The category header specifies the CIP’s category. This is required for standards-track CIPs only.
The created header records the date that the CIP was assigned a number. Both headers should be in yyyy-mm-dd format, e.g. 2001-05-31.
CIPs may have a requires header, indicating the CIP numbers that this CIP depends on.
CIPs may also have a superseded-by header indicating that an CIP has been rendered obsolete by a later document; the value is the number of the CIP that replaces the current document. The newer CIP must have a Replaces header containing the number of the CIP that it rendered obsolete.
Headers that permit lists must separate elements with commas.
CIPs may include auxiliary files such as diagrams. Such files must be named CIP-XXXX-Y.ext, where “XXXX” is the CIP number, “Y” is a serial number (starting at 1), and “ext” is replaced by the actual file extension (e.g. “png”).
Transferring CIP Ownership
It occasionally becomes necessary to transfer ownership of CIPs to a new champion. In general, we’d like to retain the original author as a co-author of the transferred CIP, but that’s really up to the original author. A good reason to transfer ownership is because the original author no longer has the time or interest in updating it or following through with the CIP process, or has fallen off the face of the ‘net (i.e. is unreachable or isn’t responding to email). A bad reason to transfer ownership is because you don’t agree with the direction of the CIP. We try to build consensus around an CIP, but if that’s not possible, you can always submit a competing CIP.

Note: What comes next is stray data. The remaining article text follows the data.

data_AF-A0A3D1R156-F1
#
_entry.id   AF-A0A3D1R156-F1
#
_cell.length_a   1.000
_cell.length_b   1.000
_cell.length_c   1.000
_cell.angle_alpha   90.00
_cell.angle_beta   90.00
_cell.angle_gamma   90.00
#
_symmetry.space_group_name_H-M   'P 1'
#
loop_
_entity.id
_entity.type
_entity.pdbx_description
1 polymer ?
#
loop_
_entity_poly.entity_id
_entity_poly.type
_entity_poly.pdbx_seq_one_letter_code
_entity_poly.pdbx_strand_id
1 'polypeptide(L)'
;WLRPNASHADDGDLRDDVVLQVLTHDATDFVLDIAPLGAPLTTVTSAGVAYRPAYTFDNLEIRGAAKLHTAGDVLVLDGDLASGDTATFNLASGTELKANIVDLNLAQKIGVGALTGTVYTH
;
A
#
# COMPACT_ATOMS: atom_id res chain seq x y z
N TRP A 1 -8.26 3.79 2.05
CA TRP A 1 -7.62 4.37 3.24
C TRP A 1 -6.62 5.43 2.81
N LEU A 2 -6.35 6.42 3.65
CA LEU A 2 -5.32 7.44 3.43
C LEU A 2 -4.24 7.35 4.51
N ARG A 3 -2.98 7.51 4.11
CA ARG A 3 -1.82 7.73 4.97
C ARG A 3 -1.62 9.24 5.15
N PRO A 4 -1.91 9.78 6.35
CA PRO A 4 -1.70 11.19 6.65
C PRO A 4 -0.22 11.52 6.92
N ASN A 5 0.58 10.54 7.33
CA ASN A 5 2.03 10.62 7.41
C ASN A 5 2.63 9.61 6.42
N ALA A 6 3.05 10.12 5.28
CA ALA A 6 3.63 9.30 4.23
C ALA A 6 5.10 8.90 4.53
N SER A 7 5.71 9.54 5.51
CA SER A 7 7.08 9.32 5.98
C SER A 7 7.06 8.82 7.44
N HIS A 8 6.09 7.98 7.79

If you are interested in assuming ownership of an CIP, send a message asking to take over, addressed to both the original author and the CIP editor. If the original author doesn’t respond to email in a timely manner, the CIP editor will make a unilateral decision (it’s not like such decisions can’t be reversed :)).
Copyright and related rights waived via CC0.